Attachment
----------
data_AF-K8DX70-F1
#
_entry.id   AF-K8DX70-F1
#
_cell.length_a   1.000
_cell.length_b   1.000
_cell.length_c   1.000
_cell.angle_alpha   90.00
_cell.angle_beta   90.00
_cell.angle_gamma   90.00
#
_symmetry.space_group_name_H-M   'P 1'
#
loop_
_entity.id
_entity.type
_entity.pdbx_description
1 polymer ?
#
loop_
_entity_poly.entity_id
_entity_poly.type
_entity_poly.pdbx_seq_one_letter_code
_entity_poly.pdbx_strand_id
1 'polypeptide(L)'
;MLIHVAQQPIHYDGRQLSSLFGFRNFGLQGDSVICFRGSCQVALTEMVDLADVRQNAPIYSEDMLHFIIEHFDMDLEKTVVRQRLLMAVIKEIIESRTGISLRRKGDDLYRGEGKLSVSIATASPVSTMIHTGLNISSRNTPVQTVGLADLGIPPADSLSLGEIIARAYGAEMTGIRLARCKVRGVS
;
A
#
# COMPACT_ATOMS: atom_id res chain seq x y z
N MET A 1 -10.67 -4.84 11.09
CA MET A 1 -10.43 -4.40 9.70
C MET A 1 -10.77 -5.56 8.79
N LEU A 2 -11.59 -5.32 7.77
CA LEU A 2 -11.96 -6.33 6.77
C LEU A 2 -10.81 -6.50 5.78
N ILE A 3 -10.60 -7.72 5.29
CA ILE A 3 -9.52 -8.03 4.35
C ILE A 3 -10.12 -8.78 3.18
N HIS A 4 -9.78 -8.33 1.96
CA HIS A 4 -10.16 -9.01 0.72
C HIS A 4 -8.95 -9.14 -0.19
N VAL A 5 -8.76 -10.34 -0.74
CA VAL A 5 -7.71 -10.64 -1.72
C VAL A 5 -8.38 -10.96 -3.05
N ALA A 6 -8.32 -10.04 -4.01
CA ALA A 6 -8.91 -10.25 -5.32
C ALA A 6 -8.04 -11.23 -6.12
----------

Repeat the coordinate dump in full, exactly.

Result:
data_AF-K8DX70-F1
#
_entry.id   AF-K8DX70-F1
#
_cell.length_a   1.000
_cell.length_b   1.000
_cell.length_c   1.000
_cell.angle_alpha   90.00
_cell.angle_beta   90.00
_cell.angle_gamma   90.00
#
_symmetry.space_group_name_H-M   'P 1'
#
loop_
_entity.id
_entity.type
_entity.pdbx_description
1 polymer ?
#
loop_
_entity_poly.entity_id
_entity_poly.type
_entity_poly.pdbx_seq_one_letter_code
_entity_poly.pdbx_strand_id
1 'polypeptide(L)'
;MLIHVAQQPIHYDGRQLSSLFGFRNFGLQGDSVICFRGSCQVALTEMVDLADVRQNAPIYSEDMLHFIIEHFDMDLEKTVVRQRLLMAVIKEIIESRTGISLRRKGDDLYRGEGKLSVSIATASPVSTMIHTGLNISSRNTPVQTVGLADLGIPPADSLSLGEIIARAYGAEMTGIRLARCKVRGVS
;
A
#
# COMPACT_ATOMS: atom_id res chain seq x y z
N MET A 1 -10.67 -4.84 11.09
CA MET A 1 -10.43 -4.40 9.70
C MET A 1 -10.77 -5.56 8.79
N LEU A 2 -11.59 -5.32 7.77
CA LEU A 2 -11.96 -6.33 6.77
C LEU A 2 -10.81 -6.50 5.78
N ILE A 3 -10.60 -7.72 5.29
CA ILE A 3 -9.52 -8.03 4.35
C ILE A 3 -10.12 -8.78 3.18
N HIS A 4 -9.78 -8.33 1.96
CA HIS A 4 -10.16 -9.01 0.72
C HIS A 4 -8.95 -9.14 -0.19
N VAL A 5 -8.76 -10.34 -0.74
CA VAL A 5 -7.71 -10.64 -1.72
C VAL A 5 -8.38 -10.96 -3.05
N ALA A 6 -8.32 -10.04 -4.01
CA ALA A 6 -8.91 -10.25 -5.32
C ALA A 6 -8.04 -11.23 -6.12